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Home Publications Data Bytes Prices Bytes Housing Continues to Hold Down Core Inflation in June

Housing Continues to Hold Down Core Inflation in June

July 18, 2007 (Prices Byte)

By Dean Baker

The core CPI, excluding owner occupied housing, rose at a 2.5 percent rate in the quarter.

The overall CPI rose by 0.2 percent in June, bringing the annual inflation rate over the last quarter to 5.2 percent. This is up from a 2.7 percent rate over the last year, and considerably higher than the 4.0 percent rate of wage increase over the quarter. The core index also rose by 0.2 percent in June, as a 0.5 percent jump in food prices was offset by a 0.5 percent decline in energy prices. The core index has risen at a 2.3 percent rate over the last quarter, almost identical to the 2.2 percent rate over the last year.

One of the biggest factors helping to contain core inflation has been the weakness of the housing market. The vacancy rate for ownership units has soared to a record level in the last year, 50 percent higher than the previous peak. The vacancy rate for rental units is also hovering near the record high set two years ago. As a result, there is considerable downward pressure on rents. The owners’ equivalent rent index (OER) has risen at a 1.9 percent annual rate over the last quarter. This component alone accounts for almost 30 percent of the core CPI. A core index that excluded OER would show an inflation rate of 2.5 percent over the last quarter.

The rent index, which tracks actual rents, has risen at a 3.2 percent rate over the last quarter. The difference is attributable to the fact that the rent index includes utilities, which have considerably outpaced the overall rate of inflation in the last few years.

Another factor holding down core inflation has been a sharp fall reported for apparel prices over the last quarter. Apparel prices reportedly fell at a 4.8 percent annual rate over the quarter. This will be reversed in the months ahead.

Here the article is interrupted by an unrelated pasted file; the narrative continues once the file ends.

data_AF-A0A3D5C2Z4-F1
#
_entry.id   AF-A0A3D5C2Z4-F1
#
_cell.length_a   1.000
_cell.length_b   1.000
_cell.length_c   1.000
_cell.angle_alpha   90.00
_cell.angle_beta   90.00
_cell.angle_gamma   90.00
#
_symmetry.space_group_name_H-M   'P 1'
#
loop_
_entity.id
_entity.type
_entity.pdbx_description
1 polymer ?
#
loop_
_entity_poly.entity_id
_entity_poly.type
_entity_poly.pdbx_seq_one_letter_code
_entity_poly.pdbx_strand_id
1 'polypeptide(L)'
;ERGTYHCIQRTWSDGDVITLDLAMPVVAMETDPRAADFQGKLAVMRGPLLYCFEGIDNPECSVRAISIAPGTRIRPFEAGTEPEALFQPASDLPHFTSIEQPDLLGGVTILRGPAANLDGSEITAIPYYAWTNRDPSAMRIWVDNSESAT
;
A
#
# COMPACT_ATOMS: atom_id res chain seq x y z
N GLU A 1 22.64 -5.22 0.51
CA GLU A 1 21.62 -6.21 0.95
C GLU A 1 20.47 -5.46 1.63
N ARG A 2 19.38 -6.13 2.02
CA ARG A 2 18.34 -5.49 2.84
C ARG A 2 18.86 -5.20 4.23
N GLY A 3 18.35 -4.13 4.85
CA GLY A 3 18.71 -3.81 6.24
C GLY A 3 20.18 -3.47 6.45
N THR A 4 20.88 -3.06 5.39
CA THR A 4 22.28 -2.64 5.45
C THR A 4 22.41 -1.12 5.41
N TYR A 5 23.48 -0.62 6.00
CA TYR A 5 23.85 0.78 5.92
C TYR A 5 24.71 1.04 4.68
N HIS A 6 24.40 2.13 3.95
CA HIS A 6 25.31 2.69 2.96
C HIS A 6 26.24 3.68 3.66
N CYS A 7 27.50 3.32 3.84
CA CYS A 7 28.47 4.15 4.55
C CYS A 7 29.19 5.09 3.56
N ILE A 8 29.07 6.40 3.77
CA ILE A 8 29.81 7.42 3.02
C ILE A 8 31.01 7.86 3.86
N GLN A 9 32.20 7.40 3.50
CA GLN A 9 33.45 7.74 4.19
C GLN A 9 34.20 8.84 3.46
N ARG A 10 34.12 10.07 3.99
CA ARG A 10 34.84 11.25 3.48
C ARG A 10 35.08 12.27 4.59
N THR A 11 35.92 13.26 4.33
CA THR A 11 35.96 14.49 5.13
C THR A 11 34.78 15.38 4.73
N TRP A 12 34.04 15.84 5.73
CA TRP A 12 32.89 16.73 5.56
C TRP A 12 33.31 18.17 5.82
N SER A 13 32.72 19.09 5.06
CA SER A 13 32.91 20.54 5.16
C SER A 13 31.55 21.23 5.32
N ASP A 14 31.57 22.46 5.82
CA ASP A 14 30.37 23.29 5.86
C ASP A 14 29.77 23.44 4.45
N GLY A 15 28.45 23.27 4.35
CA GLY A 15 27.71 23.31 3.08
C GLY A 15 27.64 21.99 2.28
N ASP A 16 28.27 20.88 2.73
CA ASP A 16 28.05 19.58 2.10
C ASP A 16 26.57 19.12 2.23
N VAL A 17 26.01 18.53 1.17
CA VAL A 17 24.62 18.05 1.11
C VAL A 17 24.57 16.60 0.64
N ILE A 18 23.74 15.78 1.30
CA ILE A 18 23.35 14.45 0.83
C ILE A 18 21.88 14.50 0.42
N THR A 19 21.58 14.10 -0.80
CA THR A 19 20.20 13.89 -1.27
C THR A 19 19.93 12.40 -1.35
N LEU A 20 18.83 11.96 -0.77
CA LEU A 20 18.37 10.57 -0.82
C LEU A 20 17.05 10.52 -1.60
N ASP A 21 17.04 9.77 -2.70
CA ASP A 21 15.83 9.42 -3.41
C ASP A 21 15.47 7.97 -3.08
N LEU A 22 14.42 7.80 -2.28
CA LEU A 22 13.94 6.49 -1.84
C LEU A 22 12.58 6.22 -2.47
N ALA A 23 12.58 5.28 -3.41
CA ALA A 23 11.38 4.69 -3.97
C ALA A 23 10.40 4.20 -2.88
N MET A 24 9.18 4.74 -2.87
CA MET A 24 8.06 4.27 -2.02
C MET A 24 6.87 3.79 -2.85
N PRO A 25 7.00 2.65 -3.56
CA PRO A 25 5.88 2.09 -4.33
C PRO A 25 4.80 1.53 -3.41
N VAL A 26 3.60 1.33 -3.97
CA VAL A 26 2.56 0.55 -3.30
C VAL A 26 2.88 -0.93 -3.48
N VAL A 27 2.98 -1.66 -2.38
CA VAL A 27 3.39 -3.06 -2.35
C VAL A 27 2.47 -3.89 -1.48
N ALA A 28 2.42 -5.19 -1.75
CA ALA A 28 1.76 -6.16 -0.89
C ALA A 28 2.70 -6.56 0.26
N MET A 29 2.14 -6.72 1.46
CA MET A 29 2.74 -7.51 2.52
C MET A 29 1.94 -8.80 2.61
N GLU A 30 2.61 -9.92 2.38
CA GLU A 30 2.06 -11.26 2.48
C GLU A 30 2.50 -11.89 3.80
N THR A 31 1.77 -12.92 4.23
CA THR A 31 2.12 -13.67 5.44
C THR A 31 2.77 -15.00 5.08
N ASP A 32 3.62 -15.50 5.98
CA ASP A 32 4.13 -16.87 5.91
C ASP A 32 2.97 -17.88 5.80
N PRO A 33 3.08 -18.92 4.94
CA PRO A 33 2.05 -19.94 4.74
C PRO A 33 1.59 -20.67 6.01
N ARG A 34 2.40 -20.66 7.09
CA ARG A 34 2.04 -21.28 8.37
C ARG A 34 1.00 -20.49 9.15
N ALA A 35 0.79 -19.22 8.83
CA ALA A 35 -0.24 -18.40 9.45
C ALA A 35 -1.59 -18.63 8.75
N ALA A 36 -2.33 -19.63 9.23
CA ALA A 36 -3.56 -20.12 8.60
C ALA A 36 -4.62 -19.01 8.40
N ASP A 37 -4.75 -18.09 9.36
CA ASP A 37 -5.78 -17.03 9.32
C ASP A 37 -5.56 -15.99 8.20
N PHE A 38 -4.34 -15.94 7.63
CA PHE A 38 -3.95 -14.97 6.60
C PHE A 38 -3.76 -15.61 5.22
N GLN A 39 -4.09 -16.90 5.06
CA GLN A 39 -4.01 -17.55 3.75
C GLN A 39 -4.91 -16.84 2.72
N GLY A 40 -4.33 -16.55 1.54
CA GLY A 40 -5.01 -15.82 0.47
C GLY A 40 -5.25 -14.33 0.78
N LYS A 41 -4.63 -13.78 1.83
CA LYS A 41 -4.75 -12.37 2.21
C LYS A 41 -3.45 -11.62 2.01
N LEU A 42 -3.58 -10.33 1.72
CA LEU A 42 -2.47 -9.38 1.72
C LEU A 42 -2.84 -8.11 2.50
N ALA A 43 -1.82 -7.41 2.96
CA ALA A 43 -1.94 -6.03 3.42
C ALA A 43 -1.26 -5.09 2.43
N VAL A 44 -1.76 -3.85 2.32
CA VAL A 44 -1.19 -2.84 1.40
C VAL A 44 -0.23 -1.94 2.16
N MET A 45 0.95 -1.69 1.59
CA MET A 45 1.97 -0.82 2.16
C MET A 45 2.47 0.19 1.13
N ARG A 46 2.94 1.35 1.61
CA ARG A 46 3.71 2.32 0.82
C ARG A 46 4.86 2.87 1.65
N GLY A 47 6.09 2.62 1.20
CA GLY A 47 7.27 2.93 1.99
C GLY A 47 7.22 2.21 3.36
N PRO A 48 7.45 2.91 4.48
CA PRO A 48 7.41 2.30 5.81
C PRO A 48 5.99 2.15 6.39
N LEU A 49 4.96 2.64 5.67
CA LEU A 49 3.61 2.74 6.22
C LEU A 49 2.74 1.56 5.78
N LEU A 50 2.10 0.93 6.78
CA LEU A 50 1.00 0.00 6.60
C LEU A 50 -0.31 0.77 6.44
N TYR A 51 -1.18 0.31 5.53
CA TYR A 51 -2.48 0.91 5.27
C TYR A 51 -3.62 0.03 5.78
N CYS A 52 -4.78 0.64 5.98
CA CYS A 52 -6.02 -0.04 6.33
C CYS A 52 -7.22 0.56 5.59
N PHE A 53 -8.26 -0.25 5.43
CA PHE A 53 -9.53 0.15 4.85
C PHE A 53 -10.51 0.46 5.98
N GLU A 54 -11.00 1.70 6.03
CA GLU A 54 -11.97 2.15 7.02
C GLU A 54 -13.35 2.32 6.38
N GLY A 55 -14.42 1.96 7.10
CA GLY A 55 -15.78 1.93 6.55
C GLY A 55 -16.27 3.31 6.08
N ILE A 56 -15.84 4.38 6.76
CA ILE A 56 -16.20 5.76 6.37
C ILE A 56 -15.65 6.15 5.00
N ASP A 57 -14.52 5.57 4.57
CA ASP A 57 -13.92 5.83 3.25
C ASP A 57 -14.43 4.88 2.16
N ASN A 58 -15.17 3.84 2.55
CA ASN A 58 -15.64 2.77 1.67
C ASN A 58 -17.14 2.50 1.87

The major anomaly on the high side was a jump of 2.5 percent in hotel prices, bringing the annual rate of increase over the quarter to 26.8 percent. While some of this may reflect a real increase, hotel prices are always erratic. It is likely that this index will show declines in future months. Also, there has been a building boom in the hotel sector, which will place considerable downward pressure on prices as new rooms come on line.

The finished goods index continues to show some evidence of price pressures in the pipeline. The overall producer price index fell 0.2 percent, as both food and energy prices declined. However, the core index rose by 0.3 percent in June, following a 0.2 percent rise in May. The core finished goods index has now risen at a 1.9 percent annual rate over the last quarter. While this rate of increase is not especially ominous, it is higher than the 1.1 percent rate over the last six months of 2006. The overall finished goods index has risen at a 5.7 percent rate over the last quarter.

The core intermediate goods index rose by 0.4 percent for the second consecutive month, bringing its rate of increase to 6.6 percent for the last quarter. The rate of increase in the overall intermediate goods index over the quarter has been 10.4 percent. The core crude goods fell 0.2 percent in June. It has increased at just a 1.1 percent rate over the last quarter, but due to sharp increases in prior quarters, it stands 10.2 percent above its year ago level.

On net the price picture continues to be very mixed. There is certainly no story of inflation getting out of control; on the other hand, it does not seem likely that the core CPI will fall to the 2.0 percent target that Bernanke prefers. With somewhat rapid price increases at earlier stages of production (import prices have also been rising more rapidly), and a sharp slowdown in productivity growth in recent years, it seems more likely that inflation will edge higher than lower. The Fed will have to balance the desire for a lower inflation rate with ongoing weakness in the economy, as a sagging housing market and declining real wages continue to crimp demand growth.  


Dean Baker is co-director of Center for Economic and Policy Research in Washington, DC. 

Prices Byte is published each month upon release of the Bureau of Labor Statistics’ reports on the consumer price and the producer price indexes.

 

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